A bold new account of the Age of Revolution, one of the most complex and vast transformations in human history "A fresh and illuminating framework for understanding our past and imagining our future. Powerfully argued and engagingly written, Patrick Griffin's timely account of revolutionary regime change and reaction shows how a world of empires became our world of nation-states."--Peter S. Onuf, coauthor of Most Blessed of the Patriarchs "When we speak of an age of revolution, what do we mean? In this synoptic, compelling book, Patrick Griffin asks the difficult questions and invites readers to reconsider the answers."--Eliga Gould, author of Among the Powers of the Earth The Age of Atlantic Revolution was a defining moment in western history. Our understanding of rights, of what makes the individual an individual, of how to define a citizen versus a subject, of what states should or should not do, of how labor, politics, and trade would be organized, of the relationship between the church and the state, and of our attachment to the nation all derive from this period (c. 1750-1850). Historian Patrick Griffin shows that the Age of Atlantic Revolution was rooted in how people in an interconnected world struggled through violence, liberation, and war to reimagine themselves and sovereignty. Tying together the revolutions, crises, and conflicts that undid British North America, transformed France, created Haiti, overturned Latin America, challenged Britain and Europe, vexed Ireland, and marginalized West Africa, Griffin tells a transnational tale of how empires became nations and how our world came into being.
"A collection of essays presenting international perspectives on the narratives and the practices grounding the scholarly study of American Art"--Provided by publisher.
The sculptor Antonio Canova was the most celebrated artist of a perilously protean and fractious era. In revolutionary and Napoleonic Europe, while other artists bent to the will of the political powers that commissioned their work, producing art in the service of the state, Canova managed to resist both threats and blandishments. Although he held strong opinions on the issues of his day, he avoided direct political or ideological engagement in his sculpture. Christopher M. S. Johns presents the first sustained study of Canova's career in relation to his patrons and contemporary politics. In it he enlarges our understanding of an artist whose work is crucial to the evaluation of European art and political history.
From the European revolutions of 1848 through the Italian independence movement, the American Civil War, and the French Commune, the era Albert Boime explores in this fourth volume of his epic series was, in a word, transformative. The period, which gave rise to such luminaries as Karl Marx and Charles Darwin, was also characterized by civic upheaval, quantum leaps in science and technology, and the increasing secularization of intellectual pursuits and ordinary life. In a sweeping narrative that adds critical depth to a key epoch in modern art’s history, Art in an Age of Civil Struggle shows how this turbulent social environment served as an incubator for the mid-nineteenth century’s most important artists and writers. Tracing the various movements of realism through the major metropolitan centers of Europe and America, Boime strikingly evokes the milieus that shaped the lives and works of Gustave Courbet, Edouard Manet, Émile Zola, Honoré Daumier, Walt Whitman, Abraham Lincoln, and the earliest photographers, among countless others. In doing so, he spearheads a powerful new way of reassessing how art emerges from the welter of cultural and political events and the artist’s struggle to interpret his surroundings. Boime supports this multifaceted approach with a wealth of illustrations and written sources that demonstrate the intimate links between visual culture and social change. Culminating at the transition to impressionism, Art in an Age of Civil Struggle makes historical sense of a movement that paved the way for avant-garde aesthetics and, more broadly, of how a particular style emerges at a particular moment.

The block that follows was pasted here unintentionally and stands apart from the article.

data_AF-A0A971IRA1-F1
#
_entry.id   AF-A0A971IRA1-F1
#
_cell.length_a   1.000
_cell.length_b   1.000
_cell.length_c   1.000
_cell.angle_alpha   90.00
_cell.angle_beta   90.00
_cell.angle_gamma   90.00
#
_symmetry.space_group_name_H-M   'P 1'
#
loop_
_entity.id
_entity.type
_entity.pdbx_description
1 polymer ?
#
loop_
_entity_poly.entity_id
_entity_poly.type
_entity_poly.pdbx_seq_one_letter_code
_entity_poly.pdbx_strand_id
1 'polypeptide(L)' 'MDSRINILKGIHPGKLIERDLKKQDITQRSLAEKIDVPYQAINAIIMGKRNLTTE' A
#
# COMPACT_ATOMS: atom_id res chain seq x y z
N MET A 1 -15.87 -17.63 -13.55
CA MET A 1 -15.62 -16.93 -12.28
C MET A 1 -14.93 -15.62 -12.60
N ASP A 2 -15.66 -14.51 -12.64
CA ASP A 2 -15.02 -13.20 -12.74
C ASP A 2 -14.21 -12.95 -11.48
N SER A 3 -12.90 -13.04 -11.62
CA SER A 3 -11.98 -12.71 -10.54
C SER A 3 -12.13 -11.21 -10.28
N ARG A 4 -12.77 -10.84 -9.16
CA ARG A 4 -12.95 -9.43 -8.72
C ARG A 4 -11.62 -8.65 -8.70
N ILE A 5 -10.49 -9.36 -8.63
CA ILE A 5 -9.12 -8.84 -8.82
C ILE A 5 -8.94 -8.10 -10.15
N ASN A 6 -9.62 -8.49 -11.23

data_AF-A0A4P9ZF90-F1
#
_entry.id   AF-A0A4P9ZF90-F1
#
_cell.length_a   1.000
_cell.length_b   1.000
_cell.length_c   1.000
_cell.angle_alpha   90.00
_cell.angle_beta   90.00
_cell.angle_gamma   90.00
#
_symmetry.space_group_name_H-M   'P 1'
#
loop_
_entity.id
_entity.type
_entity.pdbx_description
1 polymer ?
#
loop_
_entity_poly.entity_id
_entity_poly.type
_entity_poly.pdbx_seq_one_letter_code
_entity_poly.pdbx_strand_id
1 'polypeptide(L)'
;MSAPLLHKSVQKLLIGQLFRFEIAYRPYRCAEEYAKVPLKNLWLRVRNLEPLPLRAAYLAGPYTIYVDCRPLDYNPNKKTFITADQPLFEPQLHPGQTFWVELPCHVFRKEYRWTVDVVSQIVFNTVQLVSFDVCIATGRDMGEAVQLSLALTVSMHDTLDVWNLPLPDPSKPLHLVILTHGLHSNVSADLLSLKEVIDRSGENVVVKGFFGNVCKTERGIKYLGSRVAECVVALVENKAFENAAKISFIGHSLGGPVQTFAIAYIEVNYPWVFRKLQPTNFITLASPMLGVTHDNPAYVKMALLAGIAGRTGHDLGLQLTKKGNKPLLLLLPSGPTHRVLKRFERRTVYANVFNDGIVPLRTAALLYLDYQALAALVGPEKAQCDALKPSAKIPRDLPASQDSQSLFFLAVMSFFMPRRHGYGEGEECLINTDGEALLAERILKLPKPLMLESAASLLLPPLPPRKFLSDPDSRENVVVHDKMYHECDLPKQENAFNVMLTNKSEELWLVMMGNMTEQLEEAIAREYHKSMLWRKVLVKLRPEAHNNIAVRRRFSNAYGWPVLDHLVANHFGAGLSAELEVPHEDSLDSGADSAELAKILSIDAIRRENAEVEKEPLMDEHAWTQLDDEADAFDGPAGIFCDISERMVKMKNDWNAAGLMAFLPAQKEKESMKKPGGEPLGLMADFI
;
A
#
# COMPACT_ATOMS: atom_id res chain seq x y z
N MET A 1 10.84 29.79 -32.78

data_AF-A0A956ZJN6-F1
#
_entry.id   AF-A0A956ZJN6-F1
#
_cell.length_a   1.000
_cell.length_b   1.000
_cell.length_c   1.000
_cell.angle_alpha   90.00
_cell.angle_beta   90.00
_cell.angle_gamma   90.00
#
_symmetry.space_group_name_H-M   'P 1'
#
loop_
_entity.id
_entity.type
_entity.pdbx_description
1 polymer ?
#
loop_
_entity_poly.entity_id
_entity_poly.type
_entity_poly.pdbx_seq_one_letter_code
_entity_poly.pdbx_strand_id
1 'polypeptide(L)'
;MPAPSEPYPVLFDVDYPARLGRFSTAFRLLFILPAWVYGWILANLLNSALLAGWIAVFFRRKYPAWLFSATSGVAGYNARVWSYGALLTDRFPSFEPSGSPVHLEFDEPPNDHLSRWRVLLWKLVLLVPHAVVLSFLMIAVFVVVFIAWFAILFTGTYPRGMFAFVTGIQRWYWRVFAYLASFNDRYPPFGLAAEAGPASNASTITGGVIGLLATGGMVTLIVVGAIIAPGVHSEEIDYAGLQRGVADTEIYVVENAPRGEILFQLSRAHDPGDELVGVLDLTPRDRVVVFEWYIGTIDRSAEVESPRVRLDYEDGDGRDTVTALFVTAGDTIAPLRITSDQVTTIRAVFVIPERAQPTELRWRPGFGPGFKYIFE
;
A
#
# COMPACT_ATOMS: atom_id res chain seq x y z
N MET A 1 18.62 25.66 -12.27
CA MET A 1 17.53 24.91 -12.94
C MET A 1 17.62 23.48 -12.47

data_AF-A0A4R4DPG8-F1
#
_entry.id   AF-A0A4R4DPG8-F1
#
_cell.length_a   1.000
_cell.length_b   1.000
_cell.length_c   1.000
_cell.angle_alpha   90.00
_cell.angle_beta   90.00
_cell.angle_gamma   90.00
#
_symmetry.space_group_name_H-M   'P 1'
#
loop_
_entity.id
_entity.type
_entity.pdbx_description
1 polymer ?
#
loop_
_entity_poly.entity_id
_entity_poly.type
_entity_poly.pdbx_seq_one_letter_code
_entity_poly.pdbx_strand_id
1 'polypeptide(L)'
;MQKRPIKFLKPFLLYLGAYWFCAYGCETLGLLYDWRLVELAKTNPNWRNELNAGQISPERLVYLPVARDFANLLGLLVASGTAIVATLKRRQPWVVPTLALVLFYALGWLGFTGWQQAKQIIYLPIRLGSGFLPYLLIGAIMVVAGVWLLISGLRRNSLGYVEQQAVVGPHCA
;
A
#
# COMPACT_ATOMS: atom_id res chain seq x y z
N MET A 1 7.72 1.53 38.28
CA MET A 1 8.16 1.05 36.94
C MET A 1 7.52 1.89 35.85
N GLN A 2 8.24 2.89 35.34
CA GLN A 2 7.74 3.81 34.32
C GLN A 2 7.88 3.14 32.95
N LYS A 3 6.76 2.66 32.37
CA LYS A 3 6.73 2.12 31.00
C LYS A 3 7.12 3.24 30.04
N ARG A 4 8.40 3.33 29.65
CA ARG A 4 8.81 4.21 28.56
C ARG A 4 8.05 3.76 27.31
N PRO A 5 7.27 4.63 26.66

Warren Roberts has discovered a Rossini that others have not seen, a composer who commented ironically and satirically on religion and politics in Post-Napoleonic Europe.